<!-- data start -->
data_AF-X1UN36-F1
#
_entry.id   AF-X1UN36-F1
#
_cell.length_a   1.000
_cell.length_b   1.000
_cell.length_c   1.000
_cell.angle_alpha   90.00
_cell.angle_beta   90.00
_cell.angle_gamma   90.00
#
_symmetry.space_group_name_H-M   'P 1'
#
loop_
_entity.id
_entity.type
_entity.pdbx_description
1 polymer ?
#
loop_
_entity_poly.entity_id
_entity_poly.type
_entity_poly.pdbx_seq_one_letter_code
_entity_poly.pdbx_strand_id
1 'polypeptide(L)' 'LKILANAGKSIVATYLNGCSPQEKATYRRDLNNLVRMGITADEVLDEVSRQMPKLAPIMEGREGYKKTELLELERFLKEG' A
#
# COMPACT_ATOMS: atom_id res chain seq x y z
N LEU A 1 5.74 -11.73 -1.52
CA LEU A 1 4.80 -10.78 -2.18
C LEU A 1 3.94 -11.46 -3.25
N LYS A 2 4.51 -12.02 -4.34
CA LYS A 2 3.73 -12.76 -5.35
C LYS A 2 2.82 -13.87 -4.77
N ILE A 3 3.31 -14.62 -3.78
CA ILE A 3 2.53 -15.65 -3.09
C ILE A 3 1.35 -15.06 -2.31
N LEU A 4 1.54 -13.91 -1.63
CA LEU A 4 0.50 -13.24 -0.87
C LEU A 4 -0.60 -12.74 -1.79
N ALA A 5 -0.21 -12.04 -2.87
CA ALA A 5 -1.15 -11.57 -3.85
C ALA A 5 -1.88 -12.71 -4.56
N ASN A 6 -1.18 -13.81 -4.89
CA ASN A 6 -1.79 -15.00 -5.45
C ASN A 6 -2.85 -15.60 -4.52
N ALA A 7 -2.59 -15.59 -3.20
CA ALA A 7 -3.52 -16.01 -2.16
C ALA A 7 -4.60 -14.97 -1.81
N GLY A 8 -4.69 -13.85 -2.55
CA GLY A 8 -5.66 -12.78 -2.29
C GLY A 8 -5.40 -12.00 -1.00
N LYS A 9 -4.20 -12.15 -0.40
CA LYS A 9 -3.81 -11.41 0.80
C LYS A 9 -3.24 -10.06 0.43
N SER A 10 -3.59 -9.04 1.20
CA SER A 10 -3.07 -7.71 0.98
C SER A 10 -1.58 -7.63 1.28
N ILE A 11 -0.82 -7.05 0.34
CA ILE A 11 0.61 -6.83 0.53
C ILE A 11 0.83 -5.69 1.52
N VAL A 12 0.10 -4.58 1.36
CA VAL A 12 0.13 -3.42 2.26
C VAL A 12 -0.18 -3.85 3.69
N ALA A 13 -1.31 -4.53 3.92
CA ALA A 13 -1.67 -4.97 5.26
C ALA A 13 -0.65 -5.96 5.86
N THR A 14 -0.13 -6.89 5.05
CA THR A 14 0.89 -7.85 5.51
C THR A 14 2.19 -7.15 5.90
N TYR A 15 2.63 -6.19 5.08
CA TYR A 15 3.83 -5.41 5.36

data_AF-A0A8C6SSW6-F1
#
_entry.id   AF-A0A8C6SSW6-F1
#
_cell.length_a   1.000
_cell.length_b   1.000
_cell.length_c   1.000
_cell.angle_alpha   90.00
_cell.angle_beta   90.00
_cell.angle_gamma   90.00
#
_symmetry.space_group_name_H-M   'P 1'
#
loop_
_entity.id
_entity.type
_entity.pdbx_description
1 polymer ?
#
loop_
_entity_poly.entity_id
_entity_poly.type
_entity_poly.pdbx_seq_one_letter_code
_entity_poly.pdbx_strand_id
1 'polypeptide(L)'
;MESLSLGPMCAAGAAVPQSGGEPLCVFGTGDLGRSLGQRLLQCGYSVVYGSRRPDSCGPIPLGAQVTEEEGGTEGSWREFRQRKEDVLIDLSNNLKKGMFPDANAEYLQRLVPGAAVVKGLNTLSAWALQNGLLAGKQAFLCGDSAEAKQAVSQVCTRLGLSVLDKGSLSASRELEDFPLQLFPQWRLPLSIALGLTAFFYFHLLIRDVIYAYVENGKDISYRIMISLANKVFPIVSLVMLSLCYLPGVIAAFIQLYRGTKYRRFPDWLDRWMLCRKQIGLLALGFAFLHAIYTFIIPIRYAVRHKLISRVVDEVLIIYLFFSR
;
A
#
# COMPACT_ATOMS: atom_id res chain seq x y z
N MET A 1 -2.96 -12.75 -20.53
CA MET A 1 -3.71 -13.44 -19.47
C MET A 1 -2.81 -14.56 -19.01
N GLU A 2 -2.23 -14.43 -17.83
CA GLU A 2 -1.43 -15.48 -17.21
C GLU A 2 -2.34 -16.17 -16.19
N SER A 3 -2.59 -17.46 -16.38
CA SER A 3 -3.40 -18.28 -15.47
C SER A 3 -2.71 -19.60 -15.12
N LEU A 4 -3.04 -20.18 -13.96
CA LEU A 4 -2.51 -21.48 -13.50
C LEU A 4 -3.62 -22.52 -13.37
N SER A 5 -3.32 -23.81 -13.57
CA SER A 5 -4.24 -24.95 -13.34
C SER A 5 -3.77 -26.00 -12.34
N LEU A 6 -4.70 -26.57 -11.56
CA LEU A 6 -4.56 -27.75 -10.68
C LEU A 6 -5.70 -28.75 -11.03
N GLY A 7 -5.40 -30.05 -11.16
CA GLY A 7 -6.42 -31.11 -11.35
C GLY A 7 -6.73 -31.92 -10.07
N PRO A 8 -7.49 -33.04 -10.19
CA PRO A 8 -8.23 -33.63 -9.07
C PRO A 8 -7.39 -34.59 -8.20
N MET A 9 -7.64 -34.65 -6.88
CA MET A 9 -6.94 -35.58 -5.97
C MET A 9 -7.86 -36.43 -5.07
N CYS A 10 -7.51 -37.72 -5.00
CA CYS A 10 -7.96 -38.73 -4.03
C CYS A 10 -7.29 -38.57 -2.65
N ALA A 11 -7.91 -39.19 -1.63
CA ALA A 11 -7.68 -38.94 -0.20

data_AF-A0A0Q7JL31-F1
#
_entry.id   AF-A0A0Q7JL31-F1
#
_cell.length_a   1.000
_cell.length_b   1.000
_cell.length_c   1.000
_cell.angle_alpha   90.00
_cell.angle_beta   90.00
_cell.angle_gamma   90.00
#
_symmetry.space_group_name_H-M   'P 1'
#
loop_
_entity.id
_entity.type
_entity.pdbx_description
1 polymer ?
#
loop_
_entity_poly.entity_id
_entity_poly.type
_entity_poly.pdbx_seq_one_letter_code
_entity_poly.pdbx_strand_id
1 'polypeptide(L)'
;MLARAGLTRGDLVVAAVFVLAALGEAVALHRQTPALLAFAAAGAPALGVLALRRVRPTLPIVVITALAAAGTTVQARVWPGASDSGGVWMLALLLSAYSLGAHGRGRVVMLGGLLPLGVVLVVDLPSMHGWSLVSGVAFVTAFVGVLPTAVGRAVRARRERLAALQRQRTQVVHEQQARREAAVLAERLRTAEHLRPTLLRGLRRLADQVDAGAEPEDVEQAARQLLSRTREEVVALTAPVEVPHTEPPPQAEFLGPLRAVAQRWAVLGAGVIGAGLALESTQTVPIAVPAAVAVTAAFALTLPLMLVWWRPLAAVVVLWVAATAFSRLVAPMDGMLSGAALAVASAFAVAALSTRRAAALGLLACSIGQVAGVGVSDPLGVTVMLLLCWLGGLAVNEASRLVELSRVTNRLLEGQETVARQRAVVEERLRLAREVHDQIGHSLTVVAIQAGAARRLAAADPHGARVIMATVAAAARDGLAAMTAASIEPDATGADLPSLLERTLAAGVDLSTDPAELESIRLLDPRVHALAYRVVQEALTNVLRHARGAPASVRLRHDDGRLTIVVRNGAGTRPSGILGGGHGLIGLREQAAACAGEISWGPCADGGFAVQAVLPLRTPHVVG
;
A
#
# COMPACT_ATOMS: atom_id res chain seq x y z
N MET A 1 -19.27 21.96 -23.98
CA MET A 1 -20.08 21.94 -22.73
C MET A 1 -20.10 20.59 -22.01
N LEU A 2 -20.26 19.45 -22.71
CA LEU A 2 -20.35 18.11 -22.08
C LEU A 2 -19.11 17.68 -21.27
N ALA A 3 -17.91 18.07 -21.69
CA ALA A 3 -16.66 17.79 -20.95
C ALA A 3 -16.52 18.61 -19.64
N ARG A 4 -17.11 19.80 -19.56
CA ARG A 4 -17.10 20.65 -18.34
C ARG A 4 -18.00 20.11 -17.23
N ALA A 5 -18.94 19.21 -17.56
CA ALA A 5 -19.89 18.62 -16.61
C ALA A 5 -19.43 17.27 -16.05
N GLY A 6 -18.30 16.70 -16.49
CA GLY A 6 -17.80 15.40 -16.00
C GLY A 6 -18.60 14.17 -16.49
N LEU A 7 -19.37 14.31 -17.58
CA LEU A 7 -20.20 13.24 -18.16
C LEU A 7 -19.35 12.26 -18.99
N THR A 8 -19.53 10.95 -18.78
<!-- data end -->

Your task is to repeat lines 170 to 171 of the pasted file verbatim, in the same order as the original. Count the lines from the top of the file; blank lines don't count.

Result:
N ALA A 3 -17.91 18.07 -21.69
CA ALA A 3 -16.66 17.79 -20.95